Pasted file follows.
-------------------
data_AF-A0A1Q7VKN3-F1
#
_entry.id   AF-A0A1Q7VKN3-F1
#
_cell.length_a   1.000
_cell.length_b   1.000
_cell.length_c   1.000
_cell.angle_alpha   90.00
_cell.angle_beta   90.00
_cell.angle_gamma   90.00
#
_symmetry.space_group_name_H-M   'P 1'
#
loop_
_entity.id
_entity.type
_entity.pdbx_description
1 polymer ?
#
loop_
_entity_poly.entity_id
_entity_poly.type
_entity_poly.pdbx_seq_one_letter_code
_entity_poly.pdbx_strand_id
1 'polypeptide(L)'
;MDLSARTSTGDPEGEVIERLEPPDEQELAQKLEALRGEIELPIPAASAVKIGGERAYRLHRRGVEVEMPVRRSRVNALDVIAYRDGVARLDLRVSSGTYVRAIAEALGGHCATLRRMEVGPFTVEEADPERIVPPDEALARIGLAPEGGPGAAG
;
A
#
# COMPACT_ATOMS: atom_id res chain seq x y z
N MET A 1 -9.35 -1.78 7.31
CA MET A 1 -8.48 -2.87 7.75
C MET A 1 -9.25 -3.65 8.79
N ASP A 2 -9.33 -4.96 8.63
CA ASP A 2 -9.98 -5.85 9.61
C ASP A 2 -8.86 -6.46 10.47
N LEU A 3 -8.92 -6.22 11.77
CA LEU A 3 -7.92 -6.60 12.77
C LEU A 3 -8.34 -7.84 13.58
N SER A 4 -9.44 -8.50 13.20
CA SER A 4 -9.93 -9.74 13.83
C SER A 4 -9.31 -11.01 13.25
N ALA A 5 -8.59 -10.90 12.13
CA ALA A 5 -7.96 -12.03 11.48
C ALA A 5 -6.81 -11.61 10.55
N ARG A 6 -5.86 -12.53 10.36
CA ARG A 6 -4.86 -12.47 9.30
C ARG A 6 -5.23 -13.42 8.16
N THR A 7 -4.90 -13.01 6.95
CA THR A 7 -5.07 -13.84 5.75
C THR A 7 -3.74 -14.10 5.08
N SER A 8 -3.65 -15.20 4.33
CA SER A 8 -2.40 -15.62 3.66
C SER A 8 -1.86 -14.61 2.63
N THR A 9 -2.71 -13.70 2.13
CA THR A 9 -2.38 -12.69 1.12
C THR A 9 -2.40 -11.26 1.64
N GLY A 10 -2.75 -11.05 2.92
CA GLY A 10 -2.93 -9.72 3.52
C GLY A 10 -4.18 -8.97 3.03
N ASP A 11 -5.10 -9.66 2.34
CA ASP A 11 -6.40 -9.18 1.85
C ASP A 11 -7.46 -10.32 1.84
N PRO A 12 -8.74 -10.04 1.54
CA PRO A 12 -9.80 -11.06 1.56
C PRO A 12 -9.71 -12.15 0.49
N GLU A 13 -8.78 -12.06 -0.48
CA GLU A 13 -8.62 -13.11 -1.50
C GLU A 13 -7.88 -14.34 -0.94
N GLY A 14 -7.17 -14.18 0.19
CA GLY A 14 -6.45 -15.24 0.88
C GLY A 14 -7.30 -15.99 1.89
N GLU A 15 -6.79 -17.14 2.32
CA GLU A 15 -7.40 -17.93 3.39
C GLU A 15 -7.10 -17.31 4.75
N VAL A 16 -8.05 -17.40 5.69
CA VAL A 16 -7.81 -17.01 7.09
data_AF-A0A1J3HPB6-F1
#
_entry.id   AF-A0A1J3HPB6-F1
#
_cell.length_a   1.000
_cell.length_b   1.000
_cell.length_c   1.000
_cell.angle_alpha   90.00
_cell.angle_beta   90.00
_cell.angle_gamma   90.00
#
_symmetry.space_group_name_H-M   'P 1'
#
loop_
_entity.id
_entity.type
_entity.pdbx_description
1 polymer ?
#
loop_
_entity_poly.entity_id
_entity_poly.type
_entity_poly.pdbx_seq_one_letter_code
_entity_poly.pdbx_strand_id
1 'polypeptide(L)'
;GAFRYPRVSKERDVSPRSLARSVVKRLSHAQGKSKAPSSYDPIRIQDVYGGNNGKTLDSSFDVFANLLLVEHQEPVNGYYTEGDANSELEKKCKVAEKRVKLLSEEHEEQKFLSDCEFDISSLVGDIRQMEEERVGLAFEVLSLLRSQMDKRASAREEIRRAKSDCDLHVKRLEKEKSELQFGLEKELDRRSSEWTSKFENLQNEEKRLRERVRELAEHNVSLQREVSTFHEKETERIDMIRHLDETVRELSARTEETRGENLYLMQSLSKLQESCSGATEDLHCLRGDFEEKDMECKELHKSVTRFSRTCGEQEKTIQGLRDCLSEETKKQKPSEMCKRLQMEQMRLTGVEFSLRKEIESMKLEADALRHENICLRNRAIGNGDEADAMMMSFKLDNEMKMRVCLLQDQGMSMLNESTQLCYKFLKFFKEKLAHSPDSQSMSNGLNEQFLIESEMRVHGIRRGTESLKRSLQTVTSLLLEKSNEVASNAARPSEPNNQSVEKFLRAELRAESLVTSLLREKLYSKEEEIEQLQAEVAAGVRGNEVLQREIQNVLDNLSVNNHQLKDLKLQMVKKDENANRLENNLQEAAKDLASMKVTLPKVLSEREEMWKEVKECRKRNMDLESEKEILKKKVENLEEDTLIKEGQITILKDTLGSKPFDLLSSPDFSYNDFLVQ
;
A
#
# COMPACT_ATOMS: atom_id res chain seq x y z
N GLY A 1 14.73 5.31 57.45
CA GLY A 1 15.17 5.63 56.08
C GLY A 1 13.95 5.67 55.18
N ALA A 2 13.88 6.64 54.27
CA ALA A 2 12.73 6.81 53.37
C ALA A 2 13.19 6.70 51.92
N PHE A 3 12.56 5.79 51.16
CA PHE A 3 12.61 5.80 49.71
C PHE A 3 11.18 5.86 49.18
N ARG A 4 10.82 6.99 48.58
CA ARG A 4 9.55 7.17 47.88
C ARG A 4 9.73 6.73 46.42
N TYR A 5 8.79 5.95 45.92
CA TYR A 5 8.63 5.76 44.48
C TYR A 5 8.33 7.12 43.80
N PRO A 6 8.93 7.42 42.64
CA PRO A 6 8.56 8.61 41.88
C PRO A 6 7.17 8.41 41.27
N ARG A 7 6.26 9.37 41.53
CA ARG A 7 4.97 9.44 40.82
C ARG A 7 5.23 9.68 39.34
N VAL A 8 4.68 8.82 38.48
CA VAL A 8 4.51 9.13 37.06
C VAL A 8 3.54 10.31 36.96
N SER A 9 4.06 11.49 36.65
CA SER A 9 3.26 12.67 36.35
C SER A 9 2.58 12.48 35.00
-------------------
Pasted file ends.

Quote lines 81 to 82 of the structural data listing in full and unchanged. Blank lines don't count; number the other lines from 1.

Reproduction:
#
_cell.length_a   1.000